The US economy will enter a “modest recession” in the back half of 2023, Fannie Mae FNMA predicts.
“We maintain our view that a modest recession will begin in the second half of 2023,” Doug Duncan, senior vice president and chief economist at Fannie Mae FNMA,
he said in a statement.
The government-sponsored company expects a recession as credit conditions tighten.
While consumer spending remains “unsustainably high relative to income” and recessions are the “typical outcome” of when a central bank tightens monetary policy, the intended effect has not been atypical, he say the group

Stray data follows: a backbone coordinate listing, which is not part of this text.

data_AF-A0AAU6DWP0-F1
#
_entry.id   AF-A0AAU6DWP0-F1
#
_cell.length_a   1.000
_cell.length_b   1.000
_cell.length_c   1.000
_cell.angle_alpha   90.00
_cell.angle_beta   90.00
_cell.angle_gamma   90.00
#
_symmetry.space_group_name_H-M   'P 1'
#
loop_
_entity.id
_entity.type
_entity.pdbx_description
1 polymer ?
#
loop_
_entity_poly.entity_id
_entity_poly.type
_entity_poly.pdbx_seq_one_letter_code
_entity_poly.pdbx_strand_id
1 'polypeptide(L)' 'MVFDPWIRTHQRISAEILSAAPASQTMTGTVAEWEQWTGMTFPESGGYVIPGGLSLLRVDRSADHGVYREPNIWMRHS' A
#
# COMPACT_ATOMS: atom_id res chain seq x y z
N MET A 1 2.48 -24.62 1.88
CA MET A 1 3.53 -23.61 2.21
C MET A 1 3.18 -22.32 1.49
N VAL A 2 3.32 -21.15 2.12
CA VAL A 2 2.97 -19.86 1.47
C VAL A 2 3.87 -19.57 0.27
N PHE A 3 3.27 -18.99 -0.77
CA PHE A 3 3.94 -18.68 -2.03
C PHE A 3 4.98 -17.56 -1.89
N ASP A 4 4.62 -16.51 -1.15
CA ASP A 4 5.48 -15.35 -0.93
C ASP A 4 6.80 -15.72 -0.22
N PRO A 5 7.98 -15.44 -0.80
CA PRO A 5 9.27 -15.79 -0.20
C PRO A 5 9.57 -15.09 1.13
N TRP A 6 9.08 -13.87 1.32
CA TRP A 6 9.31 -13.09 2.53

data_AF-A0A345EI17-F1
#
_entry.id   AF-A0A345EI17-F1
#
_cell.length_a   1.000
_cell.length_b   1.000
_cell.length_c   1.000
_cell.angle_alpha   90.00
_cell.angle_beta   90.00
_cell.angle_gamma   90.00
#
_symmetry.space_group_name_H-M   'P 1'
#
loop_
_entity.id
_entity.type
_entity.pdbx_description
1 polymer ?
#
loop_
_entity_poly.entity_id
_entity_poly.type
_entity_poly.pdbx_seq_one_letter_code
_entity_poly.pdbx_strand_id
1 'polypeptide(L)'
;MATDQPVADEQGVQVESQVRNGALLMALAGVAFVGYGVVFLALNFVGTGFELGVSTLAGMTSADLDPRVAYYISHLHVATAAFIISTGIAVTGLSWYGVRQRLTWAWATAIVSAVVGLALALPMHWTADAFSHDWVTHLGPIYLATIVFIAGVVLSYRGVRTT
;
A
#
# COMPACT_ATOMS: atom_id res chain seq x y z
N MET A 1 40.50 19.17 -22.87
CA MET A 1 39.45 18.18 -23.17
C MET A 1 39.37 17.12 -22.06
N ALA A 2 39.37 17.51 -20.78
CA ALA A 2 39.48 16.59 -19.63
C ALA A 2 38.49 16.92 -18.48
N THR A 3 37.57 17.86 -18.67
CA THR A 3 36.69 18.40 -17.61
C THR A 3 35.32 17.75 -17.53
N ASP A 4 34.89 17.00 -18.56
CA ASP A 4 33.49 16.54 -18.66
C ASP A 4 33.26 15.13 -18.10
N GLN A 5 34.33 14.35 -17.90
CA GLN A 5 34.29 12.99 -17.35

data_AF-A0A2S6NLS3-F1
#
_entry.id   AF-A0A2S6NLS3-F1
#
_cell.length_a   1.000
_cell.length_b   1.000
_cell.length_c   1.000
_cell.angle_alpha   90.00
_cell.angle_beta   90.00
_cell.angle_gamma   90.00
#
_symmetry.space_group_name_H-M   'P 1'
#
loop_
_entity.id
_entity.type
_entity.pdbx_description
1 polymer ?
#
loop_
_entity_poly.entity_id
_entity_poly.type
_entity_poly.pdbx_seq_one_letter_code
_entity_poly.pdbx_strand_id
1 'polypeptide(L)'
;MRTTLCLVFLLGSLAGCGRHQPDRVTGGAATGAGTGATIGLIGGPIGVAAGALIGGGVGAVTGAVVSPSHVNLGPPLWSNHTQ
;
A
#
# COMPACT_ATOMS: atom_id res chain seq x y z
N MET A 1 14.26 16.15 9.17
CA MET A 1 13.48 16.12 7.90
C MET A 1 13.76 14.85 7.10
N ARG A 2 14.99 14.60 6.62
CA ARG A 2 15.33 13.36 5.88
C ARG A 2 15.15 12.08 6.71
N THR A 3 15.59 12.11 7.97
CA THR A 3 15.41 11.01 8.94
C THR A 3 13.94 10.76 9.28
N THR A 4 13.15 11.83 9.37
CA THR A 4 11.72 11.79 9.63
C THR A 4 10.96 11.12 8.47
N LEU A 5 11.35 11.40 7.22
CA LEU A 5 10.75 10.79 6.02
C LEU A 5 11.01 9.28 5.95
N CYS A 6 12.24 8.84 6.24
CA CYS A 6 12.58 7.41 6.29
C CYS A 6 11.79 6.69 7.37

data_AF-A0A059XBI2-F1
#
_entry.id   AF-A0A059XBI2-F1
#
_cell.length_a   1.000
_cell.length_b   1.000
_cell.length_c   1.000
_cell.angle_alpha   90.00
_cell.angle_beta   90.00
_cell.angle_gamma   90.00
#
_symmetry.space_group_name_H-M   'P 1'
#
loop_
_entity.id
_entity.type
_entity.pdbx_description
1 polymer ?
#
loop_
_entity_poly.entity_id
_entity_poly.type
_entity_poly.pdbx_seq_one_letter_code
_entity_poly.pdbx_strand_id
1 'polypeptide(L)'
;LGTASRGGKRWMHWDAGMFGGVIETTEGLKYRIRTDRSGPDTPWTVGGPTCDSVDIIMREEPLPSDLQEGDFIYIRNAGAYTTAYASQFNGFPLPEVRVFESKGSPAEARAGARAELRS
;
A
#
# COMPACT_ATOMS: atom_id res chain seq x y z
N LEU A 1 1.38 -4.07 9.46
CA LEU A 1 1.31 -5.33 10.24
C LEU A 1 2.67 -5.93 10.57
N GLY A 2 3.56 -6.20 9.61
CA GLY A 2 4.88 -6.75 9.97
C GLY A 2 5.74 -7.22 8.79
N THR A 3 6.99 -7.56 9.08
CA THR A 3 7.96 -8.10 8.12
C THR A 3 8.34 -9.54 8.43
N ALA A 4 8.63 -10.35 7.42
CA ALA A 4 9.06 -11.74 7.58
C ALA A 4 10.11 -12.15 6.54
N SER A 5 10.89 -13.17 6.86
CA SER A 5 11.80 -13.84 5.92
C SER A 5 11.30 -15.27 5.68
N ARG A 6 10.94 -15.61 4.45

Housing demand outstripping housing supply is “the number one exposure” why the group expects the recession to be mild, Duncan added. Fannie Mae also expects the “relative strength” of the housing sector to drive the US economy into expansion mode again next year.
Typically, when a central bank tightens monetary policy, it affects credit conditions and pushes the economy into a recession, Fannie Mae said.
But “the usual channels through which monetary policy helps to slow the economy may be disrupted, as evidenced by recent increases in new car sales driven by improved supply conditions and a more optimistic outlook from home builders,” the group said.
However, a modest recession will still occur, they stressed, “as the Fed is likely to maintain policy tightening for longer if wage-related inflationary pressures do not abate.”